I think the Hikaru inclusion is a bit of a step too far and will likely fail, but for Niemann to propose that there was a conspiracy orchestrated by Magnus and Chess.com then it makes sense to also include Hikaru as he’s also very much part of that machine. I think the conspiracy bit justifies his inclusion, rather than it just being about Hikaru calling him a cheater, which I don’t even think he did directly.
The opening statement of that document is very emotive and charged, does read a bit silly in places and the damages are set pretty eyewateringly high, but aside from that I think he has a reasonable case to make.
As far as I can see, Hikaru has reported on everything as it has gone along, including the statements from Hans and the long report from chess.com that showed their statistical basis for banning him. You get the impression he agrees with most of it but he has never said “Hans is a cheater”. So there’s nothing there that I can see.
That leaves chess.com and they’ve come up with a lot of detailed statistical analysis that definitely highlights a big anomaly, along with the revelation that he publicly admitted to cheating aged 12 and 16, while their private correspondence showed that he had admitted to more than that. As for the private correspondence, chess.com intended to keep it private until Hans went public. It shows them giving him an incredible amount of second chances in the circumstances. The questions for them are: 1) should they have gone public at all in retrospect, 2) do they have cast-iron evidence of cheating (as opposed to “highly likely”) and 3) if not, does Hans have a case? Not to mention 4) why did they give him so many more chances, although that’s not relevant to the lawsuit.
Something else on this. Hans has sued four entities with money for $100 million each. The amount he’s asking for is clearly insane and that says something in itself. Others have publicly provided a lot of statistical analysis towards this situation, are not wealthy, and he hasn’t sued them.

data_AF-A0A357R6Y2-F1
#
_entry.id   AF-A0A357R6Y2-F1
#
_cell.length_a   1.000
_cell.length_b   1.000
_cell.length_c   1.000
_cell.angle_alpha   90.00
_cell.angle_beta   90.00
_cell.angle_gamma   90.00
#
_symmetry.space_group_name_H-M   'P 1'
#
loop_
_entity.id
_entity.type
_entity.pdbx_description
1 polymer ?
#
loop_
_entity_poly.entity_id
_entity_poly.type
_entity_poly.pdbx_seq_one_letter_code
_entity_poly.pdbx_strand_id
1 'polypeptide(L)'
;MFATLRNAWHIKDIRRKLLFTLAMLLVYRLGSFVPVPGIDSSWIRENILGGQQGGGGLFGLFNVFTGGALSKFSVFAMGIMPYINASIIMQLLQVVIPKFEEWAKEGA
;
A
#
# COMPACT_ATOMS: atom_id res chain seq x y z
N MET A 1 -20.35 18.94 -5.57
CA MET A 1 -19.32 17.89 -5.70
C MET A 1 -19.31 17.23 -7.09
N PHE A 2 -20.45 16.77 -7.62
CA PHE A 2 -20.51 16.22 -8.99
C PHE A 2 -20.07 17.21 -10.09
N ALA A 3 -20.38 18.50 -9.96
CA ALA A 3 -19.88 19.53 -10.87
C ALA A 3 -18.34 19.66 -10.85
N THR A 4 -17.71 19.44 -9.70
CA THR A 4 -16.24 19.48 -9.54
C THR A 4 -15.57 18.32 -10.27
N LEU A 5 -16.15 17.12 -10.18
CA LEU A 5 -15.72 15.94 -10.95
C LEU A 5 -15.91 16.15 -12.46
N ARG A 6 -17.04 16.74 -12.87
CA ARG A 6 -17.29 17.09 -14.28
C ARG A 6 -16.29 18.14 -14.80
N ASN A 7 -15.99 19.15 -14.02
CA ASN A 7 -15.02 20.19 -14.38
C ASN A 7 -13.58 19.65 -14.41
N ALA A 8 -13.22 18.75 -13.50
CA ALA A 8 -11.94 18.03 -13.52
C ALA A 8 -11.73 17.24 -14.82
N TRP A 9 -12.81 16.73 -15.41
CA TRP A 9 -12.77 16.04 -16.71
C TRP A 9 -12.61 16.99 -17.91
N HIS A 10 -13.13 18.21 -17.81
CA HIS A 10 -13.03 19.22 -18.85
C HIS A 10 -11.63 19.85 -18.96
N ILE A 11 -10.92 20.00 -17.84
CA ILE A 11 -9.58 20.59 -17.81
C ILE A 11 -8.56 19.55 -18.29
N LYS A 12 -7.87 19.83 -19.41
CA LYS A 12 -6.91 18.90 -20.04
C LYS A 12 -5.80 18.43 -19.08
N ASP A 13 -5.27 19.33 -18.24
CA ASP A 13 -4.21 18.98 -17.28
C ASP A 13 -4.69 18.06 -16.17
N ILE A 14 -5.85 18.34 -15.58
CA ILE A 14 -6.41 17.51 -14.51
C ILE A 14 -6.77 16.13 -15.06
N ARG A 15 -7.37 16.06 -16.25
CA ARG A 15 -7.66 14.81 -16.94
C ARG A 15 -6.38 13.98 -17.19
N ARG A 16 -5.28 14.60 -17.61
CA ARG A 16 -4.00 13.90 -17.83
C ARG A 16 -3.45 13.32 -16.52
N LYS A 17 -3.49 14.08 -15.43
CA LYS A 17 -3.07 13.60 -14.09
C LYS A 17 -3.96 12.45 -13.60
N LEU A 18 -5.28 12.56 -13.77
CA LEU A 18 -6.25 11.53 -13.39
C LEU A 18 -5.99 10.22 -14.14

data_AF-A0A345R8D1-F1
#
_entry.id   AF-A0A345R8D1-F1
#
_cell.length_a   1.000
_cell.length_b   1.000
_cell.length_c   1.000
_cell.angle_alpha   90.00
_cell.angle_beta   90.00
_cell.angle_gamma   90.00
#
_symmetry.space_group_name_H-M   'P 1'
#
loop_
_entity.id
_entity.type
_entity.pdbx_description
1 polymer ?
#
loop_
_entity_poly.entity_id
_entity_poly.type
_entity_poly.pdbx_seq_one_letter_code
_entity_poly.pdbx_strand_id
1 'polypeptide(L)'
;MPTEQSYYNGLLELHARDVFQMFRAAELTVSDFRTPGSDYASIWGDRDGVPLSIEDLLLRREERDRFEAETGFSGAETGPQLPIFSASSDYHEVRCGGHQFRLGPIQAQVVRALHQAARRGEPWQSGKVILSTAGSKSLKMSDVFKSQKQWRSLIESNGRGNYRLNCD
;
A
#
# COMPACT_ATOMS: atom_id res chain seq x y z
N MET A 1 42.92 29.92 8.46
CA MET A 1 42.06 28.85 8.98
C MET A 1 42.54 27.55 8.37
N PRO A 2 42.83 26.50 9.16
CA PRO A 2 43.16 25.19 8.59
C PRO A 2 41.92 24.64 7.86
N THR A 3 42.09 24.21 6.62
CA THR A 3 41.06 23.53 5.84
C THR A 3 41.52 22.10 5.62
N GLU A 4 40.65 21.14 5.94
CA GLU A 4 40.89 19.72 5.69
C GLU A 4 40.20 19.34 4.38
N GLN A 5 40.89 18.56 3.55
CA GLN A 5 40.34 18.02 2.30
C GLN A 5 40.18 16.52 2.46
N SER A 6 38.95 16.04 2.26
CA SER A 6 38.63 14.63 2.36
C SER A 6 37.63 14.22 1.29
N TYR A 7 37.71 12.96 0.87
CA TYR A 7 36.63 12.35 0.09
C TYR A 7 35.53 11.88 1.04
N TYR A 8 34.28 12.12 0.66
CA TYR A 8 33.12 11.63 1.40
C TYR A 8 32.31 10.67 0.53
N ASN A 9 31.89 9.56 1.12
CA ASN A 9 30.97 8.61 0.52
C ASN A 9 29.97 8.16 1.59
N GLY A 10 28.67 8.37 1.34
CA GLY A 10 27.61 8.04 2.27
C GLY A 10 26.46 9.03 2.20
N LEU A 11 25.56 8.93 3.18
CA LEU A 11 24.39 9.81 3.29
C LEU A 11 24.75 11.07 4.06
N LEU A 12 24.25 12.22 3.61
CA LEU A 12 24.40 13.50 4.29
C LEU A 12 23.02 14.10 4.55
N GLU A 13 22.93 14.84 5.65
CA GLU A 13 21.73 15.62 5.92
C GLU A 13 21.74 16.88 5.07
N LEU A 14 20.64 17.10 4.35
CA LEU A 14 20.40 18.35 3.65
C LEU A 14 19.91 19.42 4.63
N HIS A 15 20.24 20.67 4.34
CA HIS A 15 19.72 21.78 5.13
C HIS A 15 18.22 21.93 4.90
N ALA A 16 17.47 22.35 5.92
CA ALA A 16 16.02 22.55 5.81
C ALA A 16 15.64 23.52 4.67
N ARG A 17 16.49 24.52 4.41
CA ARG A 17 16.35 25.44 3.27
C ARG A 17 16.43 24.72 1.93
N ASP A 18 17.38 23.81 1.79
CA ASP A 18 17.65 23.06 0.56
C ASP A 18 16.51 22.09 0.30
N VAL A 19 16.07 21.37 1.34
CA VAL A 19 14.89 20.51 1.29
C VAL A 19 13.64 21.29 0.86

tl;dr - this author believes the wording/basis in legality of much of the suit is frequently ludicrous, that including Hikaru was madness, but that he might have had some basis for a more modest claim if he had stuck to the actual facts and chosen the defendants more carefully.
Those involved would be highly unlikely to want to do this, but the chances of someone wanting to make a fictionalised drama are pretty high. I say “fictionalised” because while there is confessed online cheating from the past, the over-the-board stuff is only implication based on chess engines measuring the performance, and the alleged possible means of cheating for that are… well, you may have read the articles.
I know, right? My opponent is not a regular chess player and that opening, while absolute garbage, meant I was obviously completely out of theory immediately. Hung the bishop and queen, missed the chance to trap the rook repeatedly… Having to manage inputting both of our moves and being on a tight 15 mins for the slot, plus the darkness and loud music… None of that made for quality chess but it worked nicely anyway!
Did a third performance of my chess music just now and managed to play semi-competently into an interesting end game of knight / bishop / 4 pawns vs rook / knight / 1 pawn. Heart proper pumping trying to manage the game and the music
Went for choral elements for the pawns complemented by warm synths for the pieces and skittering percussion mapped to the 64 squares.
We played a slightly off-beat London System which led to a highly dynamic middle-game with zero regard for king safety and missed tactics on either side. Chaos builds on the board and in the music until I bail with a queen trade into a low-risk end-game for white. I think that’s where my favourite musical moments lie (from around 11 mins) as the sparse sounds capture the subtle maneuvering on the board. My opponent graciously resigned as we came up on time.